Soprano Nina Stemme, tenor Stuart Skelton, bass Franz-Josef Selig and conductor Simon Rattle create a Tristan of transcendent music in a revelatory staging by Simon Stone.
The London Symphony Orchestra possessed Aix’s Grand Théâtre de Provence in unprecedented volumes with three short stories unfolding one by one in a visual strip across the stage, Wagner’s music drama probing ever more deeply into its three protagonist’s psyches. Stage director Stone invented a separate, very present, vividly contemporary world for each act.
Act I was the penthouse apartment of a successful career woman, perhaps a mother, celebrating Twelfth Night with her friends, maybe family, all sporting the paper king crowns of the celebration, she their queen. Yet in this precise, comfortable world there is a disrupter, the tattooed punkster Brangäne. Guests departed, Isolde’s well known story unfolds, neither dream nor fantasy, the vast expanse of windows becoming the Celtic Sea (lead photo).
Act II was a vast, windowed industrial administrative work space, with its glassed in supervisor’s cube. Isolde, now a manager, bid farewell to a visiting male business associate. The windows become a darkening sky, he returns. Love music begins, soon youthful alter-Tristan/Isolde lovers enter the glass cubical, physically caressing. A young boy enters, watches their caresses. Yet another Tristan/Isolde enter the workspace with their young male offspring. It heats up, we keep waiting for the young lovers in the cubicle to couple. They don’t. Yet another couple with male child appears, etc. The disrupter Brangäne intones from afar that everything is fine. It isn’t. Marke confronts the betrayal of his surrogate son Tristan, the male child of the tryst, now Melot, stabs his father Tristan in oedipal rage.
Act III is a moving Paris Metro car, the English horn solo is an on board street performer. Among the passengers is an older, formally dressed couple, Tristan and Isolde, their young male progeny close by. There is some sort of disagreement, the post-adolescent male stabs his father, the doors slide open, the son flees with his mother. The great Tristan monologues ensue, the windows reveal the passing stations, moving through tunnels into a verdant countryside, passing expanses of northern seas. We are at one with the Tristan vigil, it is never ending, it is always vividly present. Kurwenal, we perceive, is and was always the story teller.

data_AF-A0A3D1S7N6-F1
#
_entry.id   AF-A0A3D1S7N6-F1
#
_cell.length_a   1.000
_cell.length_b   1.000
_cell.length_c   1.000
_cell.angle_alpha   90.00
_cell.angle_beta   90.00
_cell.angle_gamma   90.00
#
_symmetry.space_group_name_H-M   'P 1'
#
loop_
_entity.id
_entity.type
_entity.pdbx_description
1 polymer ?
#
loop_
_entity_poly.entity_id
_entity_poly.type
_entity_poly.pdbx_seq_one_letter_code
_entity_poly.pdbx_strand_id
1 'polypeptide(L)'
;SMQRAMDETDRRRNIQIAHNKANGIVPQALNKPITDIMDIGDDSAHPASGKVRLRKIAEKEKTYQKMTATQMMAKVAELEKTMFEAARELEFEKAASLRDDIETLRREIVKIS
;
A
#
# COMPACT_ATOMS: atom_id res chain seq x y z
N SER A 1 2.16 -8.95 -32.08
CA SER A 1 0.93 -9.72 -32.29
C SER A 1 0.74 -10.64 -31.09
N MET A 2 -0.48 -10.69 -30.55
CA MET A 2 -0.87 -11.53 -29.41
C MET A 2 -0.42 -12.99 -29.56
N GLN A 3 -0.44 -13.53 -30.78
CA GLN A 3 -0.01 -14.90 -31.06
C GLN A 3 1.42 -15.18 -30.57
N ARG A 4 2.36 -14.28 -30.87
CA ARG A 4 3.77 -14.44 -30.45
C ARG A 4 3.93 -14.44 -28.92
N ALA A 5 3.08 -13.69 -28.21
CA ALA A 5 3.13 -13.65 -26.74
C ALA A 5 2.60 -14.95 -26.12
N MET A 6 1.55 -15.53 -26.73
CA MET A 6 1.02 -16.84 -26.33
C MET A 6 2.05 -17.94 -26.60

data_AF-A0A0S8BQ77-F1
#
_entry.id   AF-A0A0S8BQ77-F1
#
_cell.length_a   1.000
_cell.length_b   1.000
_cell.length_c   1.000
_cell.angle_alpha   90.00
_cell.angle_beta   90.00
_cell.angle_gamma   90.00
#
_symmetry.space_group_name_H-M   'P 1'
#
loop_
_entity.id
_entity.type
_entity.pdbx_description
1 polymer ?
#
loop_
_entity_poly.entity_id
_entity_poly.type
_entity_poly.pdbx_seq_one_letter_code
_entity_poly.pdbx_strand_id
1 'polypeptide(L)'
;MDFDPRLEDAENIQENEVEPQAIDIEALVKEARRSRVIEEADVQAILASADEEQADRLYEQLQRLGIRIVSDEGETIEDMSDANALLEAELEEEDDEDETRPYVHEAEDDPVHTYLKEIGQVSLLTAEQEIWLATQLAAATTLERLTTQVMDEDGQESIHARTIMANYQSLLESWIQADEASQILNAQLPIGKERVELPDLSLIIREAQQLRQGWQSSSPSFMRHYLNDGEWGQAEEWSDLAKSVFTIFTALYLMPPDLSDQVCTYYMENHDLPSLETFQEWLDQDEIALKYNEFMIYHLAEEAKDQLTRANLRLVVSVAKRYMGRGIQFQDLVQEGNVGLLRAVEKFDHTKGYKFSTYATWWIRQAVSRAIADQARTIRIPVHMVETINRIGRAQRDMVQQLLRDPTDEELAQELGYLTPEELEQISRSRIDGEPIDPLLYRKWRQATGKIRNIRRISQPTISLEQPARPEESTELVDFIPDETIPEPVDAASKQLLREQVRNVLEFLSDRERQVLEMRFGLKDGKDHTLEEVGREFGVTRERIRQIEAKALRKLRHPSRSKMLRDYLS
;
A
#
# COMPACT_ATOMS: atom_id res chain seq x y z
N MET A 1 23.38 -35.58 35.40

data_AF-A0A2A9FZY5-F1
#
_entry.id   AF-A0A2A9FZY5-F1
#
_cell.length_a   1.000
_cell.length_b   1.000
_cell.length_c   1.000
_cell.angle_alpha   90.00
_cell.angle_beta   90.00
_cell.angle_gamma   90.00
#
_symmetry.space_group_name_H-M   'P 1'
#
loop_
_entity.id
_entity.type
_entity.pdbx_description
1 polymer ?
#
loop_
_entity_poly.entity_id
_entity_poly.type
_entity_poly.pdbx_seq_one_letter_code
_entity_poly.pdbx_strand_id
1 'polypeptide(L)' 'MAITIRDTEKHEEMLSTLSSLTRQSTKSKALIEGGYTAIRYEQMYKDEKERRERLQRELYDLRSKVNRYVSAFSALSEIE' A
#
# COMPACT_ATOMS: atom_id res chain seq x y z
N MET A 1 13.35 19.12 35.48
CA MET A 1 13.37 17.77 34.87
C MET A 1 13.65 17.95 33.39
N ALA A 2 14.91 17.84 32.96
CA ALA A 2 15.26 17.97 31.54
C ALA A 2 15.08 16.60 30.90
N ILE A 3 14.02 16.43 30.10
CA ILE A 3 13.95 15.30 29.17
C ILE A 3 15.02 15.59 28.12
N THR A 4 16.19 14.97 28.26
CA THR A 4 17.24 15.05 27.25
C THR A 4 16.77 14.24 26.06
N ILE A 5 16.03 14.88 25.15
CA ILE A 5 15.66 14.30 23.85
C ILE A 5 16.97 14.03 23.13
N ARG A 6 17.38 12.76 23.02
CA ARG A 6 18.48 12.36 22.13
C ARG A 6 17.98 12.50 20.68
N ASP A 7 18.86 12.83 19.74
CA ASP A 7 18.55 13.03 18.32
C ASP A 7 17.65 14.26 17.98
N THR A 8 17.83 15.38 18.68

Isolde is now back on the train with Marke and entourage. Marke kills Kurwenal. Isolde sings her Liebestod. The train stops at the Châtelet, everyone exits. Except Tristan. The doors close, the train moves on.
Conductor Rattle has immersed himself in the hidden depths of Wagner’s music drama, as has every player in his orchestra — the oboes and clarinets as profoundly as the maestro. The pit and the stage were one, as Wagner intended in his music dramas. Though here in Aix the orchestra was as much a physical protagonist as were the actors, hardly their hidden souls, rather their souls laid bare.
Nina Stemme as Isolde transformed seamlessly through her characters, commanding the evening vocally, finding the nuances of tone that would humanize the queen Isolde onto our larger, current world. This incomparable Wagnerian diva transformed Wagner’s existential encomium, her “Liebestod,” into our universal love-death, we knew and felt that finally we are quite alone in what we love.
Australian tenor Stuart Skelton as Tristan possesses a very beautiful voice that shown splendidly in the Act II love duet, and achieved rare tortured beauty, intimacy and urgency in his Act III agonies, the tenor becoming physically one with his character. It was a total performance. In the end, standing alone, silent, on the train we knew that he knew that the opera was about him, though understood by Isolde.
German bass Franz-Josef Selig as King Marke exposed his authority in strong voice and delivery in full recognition and finally feeling that he was the victim of complex psychic forces transcending his deepest human instinct — that of successive generation. In this Simon Stone edition the tragedy of the opera is as much about him, a father enacting and suffering oedipal forces, as it is about love.
American mezzo-soprano Jamie Barton as Brangäne was most effective in her Act II off-stage assurances, her voice achieving great strength, warmth and beauty. Austrian bass-baritone Josef Wagner as Kurwenal established his narrative authority from his first utterance in Act I. With incisive tone we learned much from him throughout the opera, and felt the energy of his physicality. We knew he had to die. British baritone Dominic Sedgwick as Melot effectively balanced the boyishness of the Tristan son with the cunning of the King Marke vassal/Tristan rival. Dutch tenor Lizard Vrielink as the Act III shepherd somehow captured a pastoral spirit on the subway train, and Belgian baritone Ivan Thirlon as the Steersman sustained the sumptuous vocal level of the production from his beautifully sung, impeccably pitched, a cappela song that begins the opera.
It was a Tristan and Isolde for the ages.
Stage Director: Simon Stone; Set Design: Ralph Myers; Cosumes: Mel Page, Ralph Myers, Blanca anon Garcia; Lighting: James Farncombe; Video: Luke Halls; Choreography: Arco Renz. Grand Théâtre de Provence, July 8, 2021.
All photos courtesy of the Festival d’Aix-en-Provence 2021 © Jean-Louis Fernandez